MADRID, March 21 (UPI) -- Energy firm Iberdrola says is it contracting out nearly $400 million to expand its electric smart grid projects in Spain, Scotland and the United States.
Company officials said in Madrid last week that seven companies have split the awards to help it roll out its smart grid distribution technologies in all the countries its serves after successful testing in Castellon, Spain.
Among the recipients of the Iberdrola cash were ZIV Grid Automation of Spain, Swiss energy services provider Landis&GYR, the French high technology company Sagemcom, Spanish electronics maker Sogecam and metering equipment manufacturer Orbis Tecnologia Elactrica S.A.
Also landing smart grid contracts were German metering control maker Elster and U.S. technology giant General Electric.
Iberdrola said the contracts are an indication it is moving ahead with a $2.6 billion plan to broadly deploy its smart grid technology in Spain by 2018, under which it aims to replace 10.3 million traditional meters with the new smart devices.
When deployed, the grid enhancements can help overcome the intermittent nature of electricity generated from renewable sources such as wind, solar and wave power.
The new electronic metering equipment can keep track of all electricity flowing in the system so that it operates in the most efficient manner, such as balancing power produced by "micro-generation" sources with larger-scale producers such as wind power and traditional power stations, backers say.
The enhanced grid can also automatically reconfigure itself should there be a fault or the system is hit with excess demand, thus minimizing interruptions to supplies.
The rollout will also include the installation of 80,000 new automated transformers, which can be managed and supervised remotely by company workers.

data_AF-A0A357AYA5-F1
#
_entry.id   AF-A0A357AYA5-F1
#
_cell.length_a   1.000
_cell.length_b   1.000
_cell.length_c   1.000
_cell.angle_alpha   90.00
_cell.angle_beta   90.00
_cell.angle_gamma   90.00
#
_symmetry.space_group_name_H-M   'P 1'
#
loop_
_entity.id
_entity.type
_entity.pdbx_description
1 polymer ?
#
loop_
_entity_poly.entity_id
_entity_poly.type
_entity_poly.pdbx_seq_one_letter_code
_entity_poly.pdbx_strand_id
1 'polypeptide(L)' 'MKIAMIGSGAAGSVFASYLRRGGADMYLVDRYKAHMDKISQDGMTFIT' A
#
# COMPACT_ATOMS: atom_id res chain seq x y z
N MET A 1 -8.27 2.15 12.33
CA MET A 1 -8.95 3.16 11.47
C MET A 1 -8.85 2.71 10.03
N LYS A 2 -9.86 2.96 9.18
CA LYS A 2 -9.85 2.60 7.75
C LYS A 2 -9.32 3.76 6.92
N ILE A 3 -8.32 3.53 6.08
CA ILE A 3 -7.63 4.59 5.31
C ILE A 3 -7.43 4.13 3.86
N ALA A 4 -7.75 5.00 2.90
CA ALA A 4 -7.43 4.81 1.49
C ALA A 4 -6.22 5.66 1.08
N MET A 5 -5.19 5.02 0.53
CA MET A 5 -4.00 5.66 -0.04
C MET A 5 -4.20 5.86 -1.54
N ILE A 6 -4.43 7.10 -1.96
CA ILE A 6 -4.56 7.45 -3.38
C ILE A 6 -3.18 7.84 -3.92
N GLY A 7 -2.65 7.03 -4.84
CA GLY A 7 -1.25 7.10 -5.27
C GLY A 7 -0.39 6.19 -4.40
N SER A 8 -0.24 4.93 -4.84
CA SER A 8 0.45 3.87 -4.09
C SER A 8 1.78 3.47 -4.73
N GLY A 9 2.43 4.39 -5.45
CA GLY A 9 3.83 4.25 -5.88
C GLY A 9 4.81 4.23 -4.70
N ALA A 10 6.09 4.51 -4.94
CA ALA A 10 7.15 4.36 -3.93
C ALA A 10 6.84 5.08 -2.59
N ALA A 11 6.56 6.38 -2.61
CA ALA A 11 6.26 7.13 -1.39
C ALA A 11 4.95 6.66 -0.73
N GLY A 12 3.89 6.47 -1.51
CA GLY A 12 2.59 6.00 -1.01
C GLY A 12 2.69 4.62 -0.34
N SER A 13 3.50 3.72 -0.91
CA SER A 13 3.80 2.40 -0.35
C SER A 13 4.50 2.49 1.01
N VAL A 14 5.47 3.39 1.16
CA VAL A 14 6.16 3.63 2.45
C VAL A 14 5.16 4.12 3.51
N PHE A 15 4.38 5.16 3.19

Iberdrola is coming off a large-scale project in Castellon, known by its Spanish acronym STAR, in which 100,000 meters were changed. It is now moving to establish similar systems in the Basque region, the Henares Corridor in the Madrid region, the Valencia region and elsewhere in the country.
The Spanish company is also wrapping up its first such project in the United States, where it has installed more than 550,000 smart meter devices under the U.S. Department of Energy's Advanced Metering Infrastructure project.
Through a $96 million grant, it is integrating the 600,000 customers of its Central Maine Power subsidiary into an intelligent network infrastructure.
And in Scotland, some 30,000 Glasgow customers of Scottish Power will also be outfitted with the smart grid technology. The company said in 2010 in aimed to install 100,000 demonstration meters across Scotland before rolling out the technology nationwide.
A more localized smart grid project was performed in Glasgow's Clyde Gateway Business Park redevelopment.
In 2010 Scottish Power sought funds from Britain's Department of Energy and Climate Change as well as from energy regulator Ofgem for the Clyde project, which the Iberdrola subsidiary says it hopes to replicate across Scotland.
An August 2011 report by GTM Research, a U.S. green energy market analysis firm, predicted that by 2016 investors will be sinking $9 billion per year into European smart grid projects, with much of it going into advanced metering infrastructure.